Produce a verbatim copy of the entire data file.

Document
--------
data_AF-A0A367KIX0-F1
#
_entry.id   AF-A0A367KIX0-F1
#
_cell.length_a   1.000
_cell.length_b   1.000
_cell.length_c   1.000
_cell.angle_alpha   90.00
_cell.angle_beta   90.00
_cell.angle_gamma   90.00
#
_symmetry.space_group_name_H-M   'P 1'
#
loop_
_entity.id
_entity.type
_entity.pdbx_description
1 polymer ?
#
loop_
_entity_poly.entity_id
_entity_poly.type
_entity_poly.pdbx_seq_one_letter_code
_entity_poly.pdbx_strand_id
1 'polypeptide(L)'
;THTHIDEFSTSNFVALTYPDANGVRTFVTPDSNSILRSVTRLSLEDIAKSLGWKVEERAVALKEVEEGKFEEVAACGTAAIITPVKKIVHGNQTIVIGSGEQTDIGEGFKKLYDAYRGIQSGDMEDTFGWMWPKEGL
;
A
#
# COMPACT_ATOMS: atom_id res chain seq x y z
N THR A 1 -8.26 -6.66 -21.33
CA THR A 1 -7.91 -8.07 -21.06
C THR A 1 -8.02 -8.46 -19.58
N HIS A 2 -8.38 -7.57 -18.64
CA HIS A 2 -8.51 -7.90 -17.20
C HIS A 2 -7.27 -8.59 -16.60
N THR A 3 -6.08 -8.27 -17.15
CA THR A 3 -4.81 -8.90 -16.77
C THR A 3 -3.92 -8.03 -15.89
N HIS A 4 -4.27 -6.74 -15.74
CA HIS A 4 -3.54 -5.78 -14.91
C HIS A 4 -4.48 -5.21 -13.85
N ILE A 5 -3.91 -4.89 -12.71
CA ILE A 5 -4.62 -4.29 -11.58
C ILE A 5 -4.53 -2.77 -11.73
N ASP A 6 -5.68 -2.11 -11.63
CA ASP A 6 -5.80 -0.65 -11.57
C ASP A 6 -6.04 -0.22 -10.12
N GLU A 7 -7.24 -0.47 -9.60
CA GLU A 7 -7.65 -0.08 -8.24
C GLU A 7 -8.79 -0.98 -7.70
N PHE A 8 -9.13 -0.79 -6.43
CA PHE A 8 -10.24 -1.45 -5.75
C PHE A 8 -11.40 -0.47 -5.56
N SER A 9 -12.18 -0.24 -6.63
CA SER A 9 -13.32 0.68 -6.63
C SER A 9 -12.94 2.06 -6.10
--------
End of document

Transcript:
data_AF-A0A367KIX0-F1
#
_entry.id   AF-A0A367KIX0-F1
#
_cell.length_a   1.000
_cell.length_b   1.000
_cell.length_c   1.000
_cell.angle_alpha   90.00
_cell.angle_beta   90.00
_cell.angle_gamma   90.00
#
_symmetry.space_group_name_H-M   'P 1'
#
loop_
_entity.id
_entity.type
_entity.pdbx_description
1 polymer ?
#
loop_
_entity_poly.entity_id
_entity_poly.type
_entity_poly.pdbx_seq_one_letter_code
_entity_poly.pdbx_strand_id
1 'polypeptide(L)'
;THTHIDEFSTSNFVALTYPDANGVRTFVTPDSNSILRSVTRLSLEDIAKSLGWKVEERAVALKEVEEGKFEEVAACGTAAIITPVKKIVHGNQTIVIGSGEQTDIGEGFKKLYDAYRGIQSGDMEDTFGWMWPKEGL
;
A
#
# COMPACT_ATOMS: atom_id res chain seq x y z
N THR A 1 -8.26 -6.66 -21.33
CA THR A 1 -7.91 -8.07 -21.06
C THR A 1 -8.02 -8.46 -19.58
N HIS A 2 -8.38 -7.57 -18.64
CA HIS A 2 -8.51 -7.90 -17.20
C HIS A 2 -7.27 -8.59 -16.60
N THR A 3 -6.08 -8.27 -17.15
CA THR A 3 -4.81 -8.90 -16.77
C THR A 3 -3.92 -8.03 -15.89
N HIS A 4 -4.27 -6.74 -15.74
CA HIS A 4 -3.54 -5.78 -14.91
C HIS A 4 -4.48 -5.21 -13.85
N ILE A 5 -3.91 -4.89 -12.71
CA ILE A 5 -4.62 -4.29 -11.58
C ILE A 5 -4.53 -2.77 -11.73
N ASP A 6 -5.68 -2.11 -11.63
CA ASP A 6 -5.80 -0.65 -11.57
C ASP A 6 -6.04 -0.22 -10.12
N GLU A 7 -7.24 -0.47 -9.60
CA GLU A 7 -7.65 -0.08 -8.24
C GLU A 7 -8.79 -0.98 -7.70
N PHE A 8 -9.13 -0.79 -6.43
CA PHE A 8 -10.24 -1.45 -5.75
C PHE A 8 -11.40 -0.47 -5.56
N SER A 9 -12.18 -0.24 -6.63
CA SER A 9 -13.32 0.68 -6.63
C SER A 9 -12.94 2.06 -6.10